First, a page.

In a show that was always full of humour, despite its often serious subject matter, Dewey Crowe was consistently a source of genuine mirth. It made him perhaps the most purely likeable character in the show, even though he was a low-level criminal with an even lower-level IQ. There was something pathetically hapless about Dewey, whose harebrained schemes inevitably failed every time. There was little malice to him, which meant fans took him into their hearts. Which, naturally, made it a bitter pill to swallow when Boyd, who Dewey had always seen as a friend and mentor to him, shot the poor guy in the head. Boyd felt he couldn't trust Dewey anymore, and even right up until the end, Dewey didn't see it coming.
10 Angel Becomes Angelus After Sleeping With Buffy (Buffy The Vampire Slayer, 1998)
In 'Surprise', the season two episode of Buffy The Vampire Slayer, Buffy and the mysteriously sexy vampire-with-a-soul Angel finally consumate their relationship. But, in a remarkably nasty twist from Joss Whedon and his writers, Angel loses his soul in this moment of perfect happiness with Buffy. This returns him to his original vampiric persona, the sadistic Angelus, and he becomes a terrifying enemy to Buffy and her Scooby Gang. He murders Jenny Calendar, Buffy's mentor Giles' girlfriend, and concocts a scheme to awaken the demon Acathla. Ultimately, his soul is restored long enough for Buffy to be forced to kill her one true love, condemning him to hell.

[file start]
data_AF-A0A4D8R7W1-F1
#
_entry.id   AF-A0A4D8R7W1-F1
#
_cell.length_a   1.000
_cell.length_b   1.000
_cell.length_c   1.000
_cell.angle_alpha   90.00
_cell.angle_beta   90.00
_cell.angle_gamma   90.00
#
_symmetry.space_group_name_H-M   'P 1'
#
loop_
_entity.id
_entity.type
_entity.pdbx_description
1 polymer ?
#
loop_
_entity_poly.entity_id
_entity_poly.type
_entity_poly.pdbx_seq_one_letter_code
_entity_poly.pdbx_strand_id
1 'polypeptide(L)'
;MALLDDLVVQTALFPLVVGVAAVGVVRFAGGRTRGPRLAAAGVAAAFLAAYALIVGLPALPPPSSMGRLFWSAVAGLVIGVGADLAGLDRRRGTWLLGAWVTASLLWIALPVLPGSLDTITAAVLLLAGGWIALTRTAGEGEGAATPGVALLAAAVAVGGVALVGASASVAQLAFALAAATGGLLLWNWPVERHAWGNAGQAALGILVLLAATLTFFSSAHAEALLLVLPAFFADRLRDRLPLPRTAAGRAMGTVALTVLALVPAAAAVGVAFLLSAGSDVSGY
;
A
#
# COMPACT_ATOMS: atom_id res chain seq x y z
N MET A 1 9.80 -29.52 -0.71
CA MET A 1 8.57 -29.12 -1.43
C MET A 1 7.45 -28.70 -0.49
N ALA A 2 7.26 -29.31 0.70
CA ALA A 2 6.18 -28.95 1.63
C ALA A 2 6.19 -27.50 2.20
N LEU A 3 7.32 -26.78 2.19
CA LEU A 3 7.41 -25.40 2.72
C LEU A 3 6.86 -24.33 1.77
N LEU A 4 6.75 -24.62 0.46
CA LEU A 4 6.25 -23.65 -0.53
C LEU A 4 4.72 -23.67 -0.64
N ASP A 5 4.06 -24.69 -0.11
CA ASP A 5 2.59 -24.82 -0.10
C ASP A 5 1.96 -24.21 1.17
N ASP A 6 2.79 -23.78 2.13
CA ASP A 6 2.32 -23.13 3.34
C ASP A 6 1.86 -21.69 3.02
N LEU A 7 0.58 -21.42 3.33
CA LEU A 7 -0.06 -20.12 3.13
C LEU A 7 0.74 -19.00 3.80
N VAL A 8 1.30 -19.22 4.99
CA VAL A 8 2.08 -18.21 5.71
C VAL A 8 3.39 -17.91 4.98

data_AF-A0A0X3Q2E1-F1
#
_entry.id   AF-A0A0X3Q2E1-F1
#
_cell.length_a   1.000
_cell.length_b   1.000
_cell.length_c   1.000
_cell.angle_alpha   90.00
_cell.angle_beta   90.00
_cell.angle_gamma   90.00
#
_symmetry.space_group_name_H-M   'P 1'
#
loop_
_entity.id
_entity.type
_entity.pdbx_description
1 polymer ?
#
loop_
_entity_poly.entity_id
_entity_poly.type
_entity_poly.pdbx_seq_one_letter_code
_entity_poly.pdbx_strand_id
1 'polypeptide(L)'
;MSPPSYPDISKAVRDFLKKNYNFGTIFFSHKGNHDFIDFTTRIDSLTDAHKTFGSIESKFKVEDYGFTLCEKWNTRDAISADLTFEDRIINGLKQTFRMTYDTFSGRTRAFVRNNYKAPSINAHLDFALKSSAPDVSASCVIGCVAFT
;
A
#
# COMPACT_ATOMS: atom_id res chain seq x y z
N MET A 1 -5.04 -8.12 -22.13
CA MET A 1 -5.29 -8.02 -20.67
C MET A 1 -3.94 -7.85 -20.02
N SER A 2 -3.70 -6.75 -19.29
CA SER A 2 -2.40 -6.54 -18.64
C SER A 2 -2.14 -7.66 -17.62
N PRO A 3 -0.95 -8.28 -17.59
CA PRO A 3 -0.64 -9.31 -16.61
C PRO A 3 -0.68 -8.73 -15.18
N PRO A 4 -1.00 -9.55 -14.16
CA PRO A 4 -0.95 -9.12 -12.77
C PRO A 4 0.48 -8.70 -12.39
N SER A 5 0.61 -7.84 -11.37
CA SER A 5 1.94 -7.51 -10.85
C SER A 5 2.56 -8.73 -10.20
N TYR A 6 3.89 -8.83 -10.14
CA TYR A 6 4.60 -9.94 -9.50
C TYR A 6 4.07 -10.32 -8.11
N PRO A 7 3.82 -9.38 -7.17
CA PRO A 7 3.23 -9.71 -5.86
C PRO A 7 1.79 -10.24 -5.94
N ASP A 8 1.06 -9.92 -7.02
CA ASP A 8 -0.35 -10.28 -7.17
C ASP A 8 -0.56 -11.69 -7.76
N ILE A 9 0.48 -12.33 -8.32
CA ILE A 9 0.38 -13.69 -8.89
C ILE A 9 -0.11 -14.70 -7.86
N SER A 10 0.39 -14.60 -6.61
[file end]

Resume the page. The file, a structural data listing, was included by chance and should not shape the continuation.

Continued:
Now, even though Angel found his way back from hell and went on to star in his own spin-off show, we don't feel that diminishes the power of this betrayal. Buffy gave herself to someone she loved, and he loved her back, but it turned him into a monster. Even when Angel regains his soul (which means he can feel remorse for all the awful things he's done as Angelus), he and Buffy can never fully commit themselves to a full relationship, for fear of the tragic consequences.
9 Rick Finds Out His Best Friend And Wife Had An Affair While He Was In A Coma (The Walking Dead, 2011)
This betrayal was baked into The Walking Dead right from the start, and is something that still affects the surviving characters currently on the show. It's an appealingly murky situation initially, without true clear cut bad guys and good guys. You could say that Rick was betrayed by his best friend and his wife, who became romantically involved while he was in a coma, and you'd be right. But you could also say that Shane and Lori had no idea if and when Rick would ever wake up, and with the world becoming a post-apocalyptic zombie land, perhaps they needed the simple human contact to get through it all. It's not a clear cut thing.
Of course, in season 2, it becomes more cut and dry, with an increasingly unhinged Shane behaving more antagonistic towards Rick, challenging his leadership of their group. In the end, Rick is forced to kill his best friend in a heartbreaking moment, expertly realized by actors Andrew Lincoln and Jon Bernthal.
8 Mac Finds Out Joni Cheated On Him While He Was Fighting In Vietnam (Quarry, 2016)